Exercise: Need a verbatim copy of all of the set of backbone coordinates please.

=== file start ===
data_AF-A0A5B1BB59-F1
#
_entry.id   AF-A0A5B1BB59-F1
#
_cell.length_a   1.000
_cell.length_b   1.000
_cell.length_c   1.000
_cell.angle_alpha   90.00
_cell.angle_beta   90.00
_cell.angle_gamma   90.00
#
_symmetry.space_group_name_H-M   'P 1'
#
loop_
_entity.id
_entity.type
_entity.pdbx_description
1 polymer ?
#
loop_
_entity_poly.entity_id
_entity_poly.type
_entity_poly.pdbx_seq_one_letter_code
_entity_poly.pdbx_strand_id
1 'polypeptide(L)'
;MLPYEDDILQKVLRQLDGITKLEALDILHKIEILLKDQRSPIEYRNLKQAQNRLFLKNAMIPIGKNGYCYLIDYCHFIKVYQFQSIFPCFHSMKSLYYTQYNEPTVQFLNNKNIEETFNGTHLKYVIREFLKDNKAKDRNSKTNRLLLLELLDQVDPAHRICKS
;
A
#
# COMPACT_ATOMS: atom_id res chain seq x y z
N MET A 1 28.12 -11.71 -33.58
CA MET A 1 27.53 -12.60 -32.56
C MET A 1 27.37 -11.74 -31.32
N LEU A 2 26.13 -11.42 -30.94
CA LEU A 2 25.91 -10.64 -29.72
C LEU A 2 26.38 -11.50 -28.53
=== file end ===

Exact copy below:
data_AF-A0A5B1BB59-F1
#
_entry.id   AF-A0A5B1BB59-F1
#
_cell.length_a   1.000
_cell.length_b   1.000
_cell.length_c   1.000
_cell.angle_alpha   90.00
_cell.angle_beta   90.00
_cell.angle_gamma   90.00
#
_symmetry.space_group_name_H-M   'P 1'
#
loop_
_entity.id
_entity.type
_entity.pdbx_description
1 polymer ?
#
loop_
_entity_poly.entity_id
_entity_poly.type
_entity_poly.pdbx_seq_one_letter_code
_entity_poly.pdbx_strand_id
1 'polypeptide(L)'
;MLPYEDDILQKVLRQLDGITKLEALDILHKIEILLKDQRSPIEYRNLKQAQNRLFLKNAMIPIGKNGYCYLIDYCHFIKVYQFQSIFPCFHSMKSLYYTQYNEPTVQFLNNKNIEETFNGTHLKYVIREFLKDNKAKDRNSKTNRLLLLELLDQVDPAHRICKS
;
A
#
# COMPACT_ATOMS: atom_id res chain seq x y z
N MET A 1 28.12 -11.71 -33.58
CA MET A 1 27.53 -12.60 -32.56
C MET A 1 27.37 -11.74 -31.32
N LEU A 2 26.13 -11.42 -30.94
CA LEU A 2 25.91 -10.64 -29.72
C LEU A 2 26.38 -11.50 -28.53